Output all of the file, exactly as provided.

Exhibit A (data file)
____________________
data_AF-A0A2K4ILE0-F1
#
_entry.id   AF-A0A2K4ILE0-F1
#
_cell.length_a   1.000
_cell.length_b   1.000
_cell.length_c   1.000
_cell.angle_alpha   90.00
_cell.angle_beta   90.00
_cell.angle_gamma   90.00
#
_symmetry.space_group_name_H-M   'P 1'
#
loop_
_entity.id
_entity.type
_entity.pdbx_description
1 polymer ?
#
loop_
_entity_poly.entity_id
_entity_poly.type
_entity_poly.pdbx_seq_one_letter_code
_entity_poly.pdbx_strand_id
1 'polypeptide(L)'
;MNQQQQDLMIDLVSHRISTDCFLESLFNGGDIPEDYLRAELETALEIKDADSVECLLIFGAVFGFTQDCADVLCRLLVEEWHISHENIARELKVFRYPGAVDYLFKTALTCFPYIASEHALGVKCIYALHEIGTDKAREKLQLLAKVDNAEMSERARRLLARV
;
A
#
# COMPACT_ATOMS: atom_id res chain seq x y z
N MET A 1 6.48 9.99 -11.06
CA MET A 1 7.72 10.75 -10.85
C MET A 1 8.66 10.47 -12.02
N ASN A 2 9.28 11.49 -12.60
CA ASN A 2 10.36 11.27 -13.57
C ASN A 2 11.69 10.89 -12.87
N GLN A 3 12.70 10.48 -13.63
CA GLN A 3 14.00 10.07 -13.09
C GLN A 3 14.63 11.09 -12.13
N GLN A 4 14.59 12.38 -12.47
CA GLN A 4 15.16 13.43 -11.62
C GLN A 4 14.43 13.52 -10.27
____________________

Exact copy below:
data_AF-A0A2K4ILE0-F1
#
_entry.id   AF-A0A2K4ILE0-F1
#
_cell.length_a   1.000
_cell.length_b   1.000
_cell.length_c   1.000
_cell.angle_alpha   90.00
_cell.angle_beta   90.00
_cell.angle_gamma   90.00
#
_symmetry.space_group_name_H-M   'P 1'
#
loop_
_entity.id
_entity.type
_entity.pdbx_description
1 polymer ?
#
loop_
_entity_poly.entity_id
_entity_poly.type
_entity_poly.pdbx_seq_one_letter_code
_entity_poly.pdbx_strand_id
1 'polypeptide(L)'
;MNQQQQDLMIDLVSHRISTDCFLESLFNGGDIPEDYLRAELETALEIKDADSVECLLIFGAVFGFTQDCADVLCRLLVEEWHISHENIARELKVFRYPGAVDYLFKTALTCFPYIASEHALGVKCIYALHEIGTDKAREKLQLLAKVDNAEMSERARRLLARV
;
A
#
# COMPACT_ATOMS: atom_id res chain seq x y z
N MET A 1 6.48 9.99 -11.06
CA MET A 1 7.72 10.75 -10.85
C MET A 1 8.66 10.47 -12.02
N ASN A 2 9.28 11.49 -12.60
CA ASN A 2 10.36 11.27 -13.57
C ASN A 2 11.69 10.89 -12.87
N GLN A 3 12.70 10.48 -13.63
CA GLN A 3 14.00 10.07 -13.09
C GLN A 3 14.63 11.09 -12.13
N GLN A 4 14.59 12.38 -12.47
CA GLN A 4 15.16 13.43 -11.62
C GLN A 4 14.43 13.52 -10.27